The organizers do an excellent job of communicating with fans on Facebook, Twitter, and the official website. Not everyone can be reached through those methods, though.
Once inside, the crowd was massive. Moving anywhere was a slow process. Unlike many times at the 2012 Comic-Con, however, you could proceed. It was obvious that personnel from the Convention Center had been added to direct traffic on and off the escalators of the four floor venue. More Irving Police were present to help control the crowds as well. A Cafe had been opened to serve food and drink at one more place. Part of the big room for Q&A's had been sectioned off for media guests to sign autographs, moving more traffic to a different floor.
Much had been done to help alleviate problems of overcrowding and crowd control. But the building itself doesn't seem designed to handle that many people moving around at the same time. Walkways between escalators are small, creating bottlenecks. Cutting the Q&A room down meant less people could see their favorite person, which left many unhappy after standing in line to see William Shatner. Previously, the Q&A room had a line and the entrance on one part of the 4th floor, and the exit on another. Using space for media guests also prevented that and allowed only one set of doors for entering and exiting...a set of doors right at the top of the escalator where people would stop and try to enter the session, creating a huge congestion of traffic.
With a huge crowd, some problems just can't be completely avoided. But there a some things that might help.
A process was implemented at the smaller events to give line tickets out early for popular comic artists and writers. You got a ticket, then came back later and could "get back in line" at your previous spot. This cuts lines down and gets fans through faster. This could be extended to the popular Q&A sessions. It could still be free, but the tickets allow more precise control and can be handed out at a less congested area or even reserved in limited numbers online.
More signs. The event is very well organized and documented with schedules and maps available for everyone at many locations. Stopping and pulling the schedule out and looking isn't always practical (where do you keep that in costume?) and creates congestion. Clear, large signs everywhere would help. Detailing event schedule and precise places to line up would help prevent confusion and keep people moving. This is especially important outside before doors open.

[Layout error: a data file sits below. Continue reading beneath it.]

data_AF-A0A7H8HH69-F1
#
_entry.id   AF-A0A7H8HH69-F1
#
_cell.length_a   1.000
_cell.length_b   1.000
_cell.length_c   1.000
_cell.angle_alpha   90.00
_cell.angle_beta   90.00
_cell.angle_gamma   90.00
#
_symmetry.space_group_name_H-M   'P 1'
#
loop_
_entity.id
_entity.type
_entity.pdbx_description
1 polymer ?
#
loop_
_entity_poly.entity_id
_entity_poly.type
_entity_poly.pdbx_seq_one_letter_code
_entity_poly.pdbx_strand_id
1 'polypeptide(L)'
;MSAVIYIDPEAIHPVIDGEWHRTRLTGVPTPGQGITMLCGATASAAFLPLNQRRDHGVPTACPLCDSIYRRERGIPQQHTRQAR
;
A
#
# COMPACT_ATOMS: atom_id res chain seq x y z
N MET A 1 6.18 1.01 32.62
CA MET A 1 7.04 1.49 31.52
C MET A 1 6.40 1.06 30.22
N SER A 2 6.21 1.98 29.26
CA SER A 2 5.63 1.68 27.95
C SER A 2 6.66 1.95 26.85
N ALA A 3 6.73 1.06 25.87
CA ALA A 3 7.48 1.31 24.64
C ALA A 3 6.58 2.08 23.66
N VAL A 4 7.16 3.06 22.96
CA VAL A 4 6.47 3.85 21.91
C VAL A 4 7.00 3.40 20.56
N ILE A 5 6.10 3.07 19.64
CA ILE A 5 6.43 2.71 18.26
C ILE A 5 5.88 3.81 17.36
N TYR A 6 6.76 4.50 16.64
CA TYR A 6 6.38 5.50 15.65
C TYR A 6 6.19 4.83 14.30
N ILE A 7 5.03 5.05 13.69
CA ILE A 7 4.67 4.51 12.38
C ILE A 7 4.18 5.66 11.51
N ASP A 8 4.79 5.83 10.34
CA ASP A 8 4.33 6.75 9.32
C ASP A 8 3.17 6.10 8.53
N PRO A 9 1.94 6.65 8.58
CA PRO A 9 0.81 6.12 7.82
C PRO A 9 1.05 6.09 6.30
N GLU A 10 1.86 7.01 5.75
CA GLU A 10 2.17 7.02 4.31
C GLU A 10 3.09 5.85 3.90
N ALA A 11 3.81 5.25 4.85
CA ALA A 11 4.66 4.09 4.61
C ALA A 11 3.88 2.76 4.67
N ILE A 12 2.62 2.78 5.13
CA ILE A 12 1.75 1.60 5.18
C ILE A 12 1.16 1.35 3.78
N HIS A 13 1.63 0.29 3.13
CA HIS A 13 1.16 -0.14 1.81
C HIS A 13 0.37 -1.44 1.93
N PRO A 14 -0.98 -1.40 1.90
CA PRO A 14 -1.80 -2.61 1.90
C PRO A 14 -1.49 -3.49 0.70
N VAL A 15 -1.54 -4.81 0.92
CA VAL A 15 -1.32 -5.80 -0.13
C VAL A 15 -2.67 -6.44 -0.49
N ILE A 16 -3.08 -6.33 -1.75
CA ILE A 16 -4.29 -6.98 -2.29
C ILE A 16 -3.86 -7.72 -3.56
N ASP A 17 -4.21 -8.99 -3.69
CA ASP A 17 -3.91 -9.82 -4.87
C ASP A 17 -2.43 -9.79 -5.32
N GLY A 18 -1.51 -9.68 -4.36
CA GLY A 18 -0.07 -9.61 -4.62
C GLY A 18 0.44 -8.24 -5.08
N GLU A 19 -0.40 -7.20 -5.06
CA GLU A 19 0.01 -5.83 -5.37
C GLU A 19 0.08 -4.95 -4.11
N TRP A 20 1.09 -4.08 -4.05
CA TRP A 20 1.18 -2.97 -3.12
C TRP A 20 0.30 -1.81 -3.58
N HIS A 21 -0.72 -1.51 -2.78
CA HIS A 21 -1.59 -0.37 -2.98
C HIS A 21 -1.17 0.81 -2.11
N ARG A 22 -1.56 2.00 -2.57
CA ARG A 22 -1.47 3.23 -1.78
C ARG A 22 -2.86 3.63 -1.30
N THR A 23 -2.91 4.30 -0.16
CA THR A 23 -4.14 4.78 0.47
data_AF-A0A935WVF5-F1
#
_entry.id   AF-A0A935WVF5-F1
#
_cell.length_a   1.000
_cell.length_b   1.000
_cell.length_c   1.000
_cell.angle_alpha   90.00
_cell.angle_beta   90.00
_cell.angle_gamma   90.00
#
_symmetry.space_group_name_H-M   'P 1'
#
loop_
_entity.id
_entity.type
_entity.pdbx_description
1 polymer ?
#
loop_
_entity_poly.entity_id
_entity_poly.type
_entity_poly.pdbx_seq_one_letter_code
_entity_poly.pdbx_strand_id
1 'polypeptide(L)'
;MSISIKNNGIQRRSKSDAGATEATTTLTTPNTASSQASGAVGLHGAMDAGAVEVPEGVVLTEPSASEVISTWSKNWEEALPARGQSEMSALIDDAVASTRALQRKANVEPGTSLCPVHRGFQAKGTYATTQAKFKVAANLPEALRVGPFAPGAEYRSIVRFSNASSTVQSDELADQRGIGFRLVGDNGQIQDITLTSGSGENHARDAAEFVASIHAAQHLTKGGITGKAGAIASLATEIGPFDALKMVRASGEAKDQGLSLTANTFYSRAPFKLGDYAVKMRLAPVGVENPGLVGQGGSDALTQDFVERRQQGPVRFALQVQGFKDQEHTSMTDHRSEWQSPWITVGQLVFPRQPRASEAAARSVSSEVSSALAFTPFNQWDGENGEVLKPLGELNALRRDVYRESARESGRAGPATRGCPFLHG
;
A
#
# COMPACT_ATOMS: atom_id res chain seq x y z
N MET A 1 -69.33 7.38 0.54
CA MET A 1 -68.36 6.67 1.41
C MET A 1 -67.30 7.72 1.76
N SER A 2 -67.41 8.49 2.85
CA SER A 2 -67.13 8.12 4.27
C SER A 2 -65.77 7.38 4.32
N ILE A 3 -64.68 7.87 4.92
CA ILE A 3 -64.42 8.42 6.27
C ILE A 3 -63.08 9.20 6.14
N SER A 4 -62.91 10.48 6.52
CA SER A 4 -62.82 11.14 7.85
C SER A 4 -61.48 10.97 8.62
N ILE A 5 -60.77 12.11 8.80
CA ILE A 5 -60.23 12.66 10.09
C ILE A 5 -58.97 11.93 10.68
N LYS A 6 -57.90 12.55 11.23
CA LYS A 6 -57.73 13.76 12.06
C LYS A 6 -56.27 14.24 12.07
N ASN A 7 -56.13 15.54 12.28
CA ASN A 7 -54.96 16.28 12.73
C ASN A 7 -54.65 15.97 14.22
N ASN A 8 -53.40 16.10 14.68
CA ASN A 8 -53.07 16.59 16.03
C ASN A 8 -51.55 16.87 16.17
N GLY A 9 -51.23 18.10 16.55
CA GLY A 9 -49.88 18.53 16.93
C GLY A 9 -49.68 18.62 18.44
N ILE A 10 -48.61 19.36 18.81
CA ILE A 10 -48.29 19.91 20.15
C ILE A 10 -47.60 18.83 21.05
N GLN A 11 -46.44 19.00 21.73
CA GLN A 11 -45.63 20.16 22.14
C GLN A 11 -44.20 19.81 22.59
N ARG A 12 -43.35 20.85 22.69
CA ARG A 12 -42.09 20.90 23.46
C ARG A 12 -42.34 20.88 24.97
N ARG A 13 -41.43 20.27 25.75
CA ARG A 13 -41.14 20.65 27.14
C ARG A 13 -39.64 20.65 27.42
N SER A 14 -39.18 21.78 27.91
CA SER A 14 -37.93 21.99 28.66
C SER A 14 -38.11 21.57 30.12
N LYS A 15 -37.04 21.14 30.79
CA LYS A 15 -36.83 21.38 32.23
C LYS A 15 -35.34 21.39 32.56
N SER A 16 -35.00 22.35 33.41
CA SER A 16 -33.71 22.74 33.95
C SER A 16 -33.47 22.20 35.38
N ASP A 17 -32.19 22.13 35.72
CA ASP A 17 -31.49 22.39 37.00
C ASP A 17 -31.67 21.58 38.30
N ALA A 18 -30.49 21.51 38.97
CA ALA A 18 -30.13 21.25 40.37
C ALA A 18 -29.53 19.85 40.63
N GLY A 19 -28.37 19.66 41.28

Let online ticket purchasers in early. VIP customers are already allowed in early and it helps cut the lines. Extend the "official" open doors a half hour and let those that already have passes inside. And do it from a completely different entrance than those that need to buy tickets. As with the launch of a popular online game, let people inside on a tiered basis so the servers don't crash.
Improve volunteer information. The "orange shirts" are the volunteers. There's an army of them and they are an absolute necessity for the event. But often they are as clueless as anyone else when confusion arises. Speaking with a volunteer at a smaller event, the process seems to be a little bit of communication, a quick meeting before-hand, then assignments given at the day of the event. While many of the volunteers help year after year and know everything, there are also newcomers who need better tools to help the fans.
In the end, the Dallas Comic-Con may have just outgrown the Irving Convention Center. The center is already past the point it can handle the Saturdays of the big event, and the big event keeps growing. While there is an attached parking garage and a nearby garage, they cannot handle the number of cars, so parking is in two fields across from the convention center. What if it rains? There's not enough room for people to move around inside and there's not enough room for all the events and guests. Significant strides were made to alleviate everyone's complaints from last year, but the same complaints are still there and have merit.
The Irving Convention Center in Las Colinas is a beautiful building. The location is wonderful. There's several ways to get there, including access to DART Rail. And the organizers made significant strides when having time to prepare and not being blind sided by a mass of humanity.
But there's only so much you can do to move 20,000 people through a 20ft hallway.